I agree with the committee report. It occurred because of incredibly bad analytical tradecraft, reasoning and analysis that wouldn't get out of Dean Gallucci's university, if it had done in a seminar. A complete breakdown in the operational collection capability. We had not a single human source that we actually ran in Iraq. Consequently we became very dependent on defectors.

And finally, a broken culture. For me, the most damning thing in the report is the statement of an agency manager to an analyst, who wanted to inform the secretary of state of questions about one of the sources, Curveball, and he said, "Don't bother; the big guys have already decided to go to war."

The agency, if it has any purpose, is to speak truth to power, even when power doesn't want to hear it.

BLITZER: Was that Ahmed Chalabi and his whole group that gave basically bad information to the U.S. government?

KAY: They certainly played a major role. There were others as well, but they certainly -- Chalabi and the INC were at the heart of it.

BLITZER: Jay Rockefeller, the vice chairman of the Senate Intelligence Committee, said this in announcing the conclusions of the reports, and it gets to one of the most serious problems the United States government faces right now. Listen to this.


ROCKEFELLER: Our credibility is diminished. Our standing in the world has never been lower. We have fostered a deep hatred of Americans in the Muslim world, and that will grow. As a direct consequence, our nation is more vulnerable today than ever before.


BLITZER: The credibility issue now comes very much forward. The next time the U.S. government says, "North Korea represents a huge threat, Syria, Iran, or any other country," a lot of Americans are going to say, "I don't believe you."

GALLUCCI: I think that's right. I think the senator's right. I think you're correct.

But this is not only a result of the intelligence community making a mistake, and a big one, over Iraq.

It is also the administration. And the administration was hard over on Iraq. They wanted to find weapons of mass destruction. They wanted them to be there. They certainly had a commitment...

BLITZER: But, you know, the report concludes that there was no evidence whatsoever that they found that there was any political pressure on the analysts at the CIA or elsewhere to come up with a preconceived conclusion.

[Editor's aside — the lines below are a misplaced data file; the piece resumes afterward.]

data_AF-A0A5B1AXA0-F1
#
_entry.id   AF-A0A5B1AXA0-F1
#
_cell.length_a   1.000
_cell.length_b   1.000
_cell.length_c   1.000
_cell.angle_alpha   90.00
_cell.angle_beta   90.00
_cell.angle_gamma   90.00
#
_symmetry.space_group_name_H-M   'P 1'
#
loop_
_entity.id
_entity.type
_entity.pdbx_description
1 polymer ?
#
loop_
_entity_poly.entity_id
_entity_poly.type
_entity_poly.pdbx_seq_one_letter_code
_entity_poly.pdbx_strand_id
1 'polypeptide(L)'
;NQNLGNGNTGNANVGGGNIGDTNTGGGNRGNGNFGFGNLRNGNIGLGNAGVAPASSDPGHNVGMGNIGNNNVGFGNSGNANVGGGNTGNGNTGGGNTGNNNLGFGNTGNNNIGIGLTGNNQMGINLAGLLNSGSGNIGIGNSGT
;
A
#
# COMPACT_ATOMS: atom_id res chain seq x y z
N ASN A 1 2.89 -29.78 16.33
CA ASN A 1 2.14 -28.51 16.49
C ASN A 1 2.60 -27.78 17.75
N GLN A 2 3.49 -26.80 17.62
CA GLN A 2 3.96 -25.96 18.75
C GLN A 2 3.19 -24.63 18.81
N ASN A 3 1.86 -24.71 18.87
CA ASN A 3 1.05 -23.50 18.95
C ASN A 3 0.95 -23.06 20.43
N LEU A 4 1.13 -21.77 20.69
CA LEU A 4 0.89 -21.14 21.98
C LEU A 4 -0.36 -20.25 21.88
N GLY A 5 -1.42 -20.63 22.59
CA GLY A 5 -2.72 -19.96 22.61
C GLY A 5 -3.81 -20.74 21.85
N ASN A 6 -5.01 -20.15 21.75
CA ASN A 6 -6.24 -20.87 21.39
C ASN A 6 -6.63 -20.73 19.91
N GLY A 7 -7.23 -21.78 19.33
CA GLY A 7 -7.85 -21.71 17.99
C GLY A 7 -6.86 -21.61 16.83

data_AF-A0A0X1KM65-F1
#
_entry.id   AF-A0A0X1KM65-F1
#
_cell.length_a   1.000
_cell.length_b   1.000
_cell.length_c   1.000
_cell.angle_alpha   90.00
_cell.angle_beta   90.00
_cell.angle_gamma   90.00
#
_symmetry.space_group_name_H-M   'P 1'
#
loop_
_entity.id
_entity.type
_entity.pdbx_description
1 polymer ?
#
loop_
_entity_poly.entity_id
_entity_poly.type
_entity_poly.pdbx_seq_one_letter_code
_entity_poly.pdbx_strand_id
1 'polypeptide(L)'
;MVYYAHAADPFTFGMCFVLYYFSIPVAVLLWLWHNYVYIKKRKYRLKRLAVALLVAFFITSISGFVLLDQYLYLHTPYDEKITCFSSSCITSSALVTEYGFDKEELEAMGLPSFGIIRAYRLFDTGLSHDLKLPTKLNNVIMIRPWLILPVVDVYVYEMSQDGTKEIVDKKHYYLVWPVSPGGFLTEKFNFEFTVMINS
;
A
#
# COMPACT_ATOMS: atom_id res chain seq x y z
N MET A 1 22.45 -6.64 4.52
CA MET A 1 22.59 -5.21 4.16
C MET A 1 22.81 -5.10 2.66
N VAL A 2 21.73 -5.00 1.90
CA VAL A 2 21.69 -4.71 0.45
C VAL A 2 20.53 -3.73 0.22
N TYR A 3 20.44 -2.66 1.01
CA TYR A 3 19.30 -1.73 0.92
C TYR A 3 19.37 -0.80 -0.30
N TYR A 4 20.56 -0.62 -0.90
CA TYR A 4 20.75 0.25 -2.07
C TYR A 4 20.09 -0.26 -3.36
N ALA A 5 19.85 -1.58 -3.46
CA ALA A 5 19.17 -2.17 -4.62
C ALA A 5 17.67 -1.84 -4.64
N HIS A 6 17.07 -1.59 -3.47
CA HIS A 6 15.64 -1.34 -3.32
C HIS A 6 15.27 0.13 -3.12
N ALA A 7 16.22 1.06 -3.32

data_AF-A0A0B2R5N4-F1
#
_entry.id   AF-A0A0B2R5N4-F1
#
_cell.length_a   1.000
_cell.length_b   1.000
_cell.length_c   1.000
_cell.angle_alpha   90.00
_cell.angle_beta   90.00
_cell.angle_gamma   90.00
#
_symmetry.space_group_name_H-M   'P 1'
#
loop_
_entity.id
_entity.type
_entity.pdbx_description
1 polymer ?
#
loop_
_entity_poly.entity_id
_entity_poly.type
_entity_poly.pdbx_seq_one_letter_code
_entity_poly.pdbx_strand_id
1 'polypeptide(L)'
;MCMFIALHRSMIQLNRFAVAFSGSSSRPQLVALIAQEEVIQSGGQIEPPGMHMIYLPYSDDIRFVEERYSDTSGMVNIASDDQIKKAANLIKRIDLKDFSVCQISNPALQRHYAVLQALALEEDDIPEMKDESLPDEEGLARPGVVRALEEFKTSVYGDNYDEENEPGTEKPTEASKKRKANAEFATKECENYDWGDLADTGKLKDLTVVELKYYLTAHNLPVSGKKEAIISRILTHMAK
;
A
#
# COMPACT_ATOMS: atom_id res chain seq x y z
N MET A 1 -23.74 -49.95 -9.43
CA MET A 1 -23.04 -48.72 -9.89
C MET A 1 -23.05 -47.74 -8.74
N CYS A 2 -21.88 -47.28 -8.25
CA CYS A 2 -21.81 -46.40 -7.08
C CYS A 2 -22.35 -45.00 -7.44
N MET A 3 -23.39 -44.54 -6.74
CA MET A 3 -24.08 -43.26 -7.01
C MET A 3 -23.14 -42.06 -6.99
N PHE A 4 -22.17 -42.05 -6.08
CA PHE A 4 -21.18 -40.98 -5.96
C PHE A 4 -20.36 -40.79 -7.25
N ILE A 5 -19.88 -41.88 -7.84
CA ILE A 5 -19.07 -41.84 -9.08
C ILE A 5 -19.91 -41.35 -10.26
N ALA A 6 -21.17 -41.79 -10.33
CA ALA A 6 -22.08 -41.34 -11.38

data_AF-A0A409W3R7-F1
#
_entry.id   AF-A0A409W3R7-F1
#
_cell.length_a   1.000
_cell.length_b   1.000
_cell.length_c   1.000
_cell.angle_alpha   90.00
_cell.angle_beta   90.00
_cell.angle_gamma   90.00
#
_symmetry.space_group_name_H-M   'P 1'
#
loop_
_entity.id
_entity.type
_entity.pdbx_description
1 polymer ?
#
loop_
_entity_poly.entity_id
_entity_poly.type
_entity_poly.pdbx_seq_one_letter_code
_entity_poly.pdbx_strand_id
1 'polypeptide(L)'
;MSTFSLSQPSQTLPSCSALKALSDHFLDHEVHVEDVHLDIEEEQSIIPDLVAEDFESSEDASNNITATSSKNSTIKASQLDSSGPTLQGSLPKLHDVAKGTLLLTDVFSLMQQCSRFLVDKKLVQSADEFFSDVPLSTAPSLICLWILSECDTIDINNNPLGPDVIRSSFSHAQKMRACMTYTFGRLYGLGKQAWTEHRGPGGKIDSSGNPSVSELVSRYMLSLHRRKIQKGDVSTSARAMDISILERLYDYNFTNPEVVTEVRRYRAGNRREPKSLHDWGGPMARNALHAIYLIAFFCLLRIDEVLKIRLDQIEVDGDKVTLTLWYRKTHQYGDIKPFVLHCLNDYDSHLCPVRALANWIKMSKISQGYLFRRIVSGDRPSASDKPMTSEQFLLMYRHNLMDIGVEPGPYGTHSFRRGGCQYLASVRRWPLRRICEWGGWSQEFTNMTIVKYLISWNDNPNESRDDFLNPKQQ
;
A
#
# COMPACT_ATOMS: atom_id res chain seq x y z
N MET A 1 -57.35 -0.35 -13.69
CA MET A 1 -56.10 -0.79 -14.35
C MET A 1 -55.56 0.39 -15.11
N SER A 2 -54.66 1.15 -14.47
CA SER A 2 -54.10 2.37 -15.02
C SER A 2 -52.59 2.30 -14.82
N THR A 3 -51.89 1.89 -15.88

GALLUCCI: I understand that, Wolf. And they also have a large section on group-think. Explain to me how these would things could be absolutely true at the same time.

Where did this group-think come from? How did that come to be? Everybody in that community, in that intelligence community, which isn't really a community, understood what the administration wanted to find, how committed they were to going to war in Iraq. I think everybody in this country, in the world knew that. Weapons of mass destruction were going to be part of the rationale.

David's right. They're supposed to speak truth to power. The pressure on them to find this evidence and to come to analytical, which is really deductive, conclusions that it must be there I think was enormous.

BLITZER: You testified, David Kay, before the Congress that you had spoke to a lot of intelligence analysts during your tour of duty in the CIA when you were in Iraq and after you got back, and you couldn't find one person who said to you, "The vice president or the secretary of defense or the secretary of state or the president pushed me into coming up with a conclusion."

KAY: And I believe that's true. I found no analyst who said they were pushed into a conclusion or they were asked to change their conclusion. I think the group-think actually occurred, Wolf, and it occurred during the Clinton administration. The basic problem is that our Iraq policy, basic Iraq policy since after Bob and I were there in '92 rested on one principle that kept us with allies, that is Iraq had WMD. No one else was interested in joining in regime change.

And therefore, the group-think became, "The inspectors had found WMD, we must deduce that they're still continuing it even after we have no inspectors," and if we were to conclude the opposite the country's Iraq policy would fall apart. It was a cultural problem in the agency of not believing that they had to serve truth.

BLITZER: All right. Unfortunately, we have to leave it right there.

David Kay, thanks very much for joining us.

Robert Gallucci, thanks to you as well. We'll have both of you back.

KAY: Thank you.

GALLUCCI: Thank you.

BLITZER: Up next, the results of our web poll question. Stay with us.


BLITZER: Our "LATE EDITION" web question asked this: Who's better qualified to be second in line to the president? Is it Cheney or Edwards? Look at how you voted: 16 percent of you said Cheney, 84 percent of you said Edwards. Remember, very important, this is not a scientific poll.

It's John Kerry's week on the covers of the major U.S. weekly news magazines. Time shows the Democratic presidential ticket with the headline "The Contenders." Newsweek also has the two men asking if they are the sunshine boys. And U.S. News & World Report has the headline "The Kerry Moment: How He Pulled Off One Of History's Biggest Political Turnarounds."

That's your "LATE EDITION" for Sunday, July 11th. Please be sure to join me next Sunday and every Sunday at noon Eastern for the last word in Sunday talk. I'm also here twice a day during the week, at noon and 5 p.m. Eastern.

Until then, thanks very much for joining us. I'm Wolf Blitzer in Washington.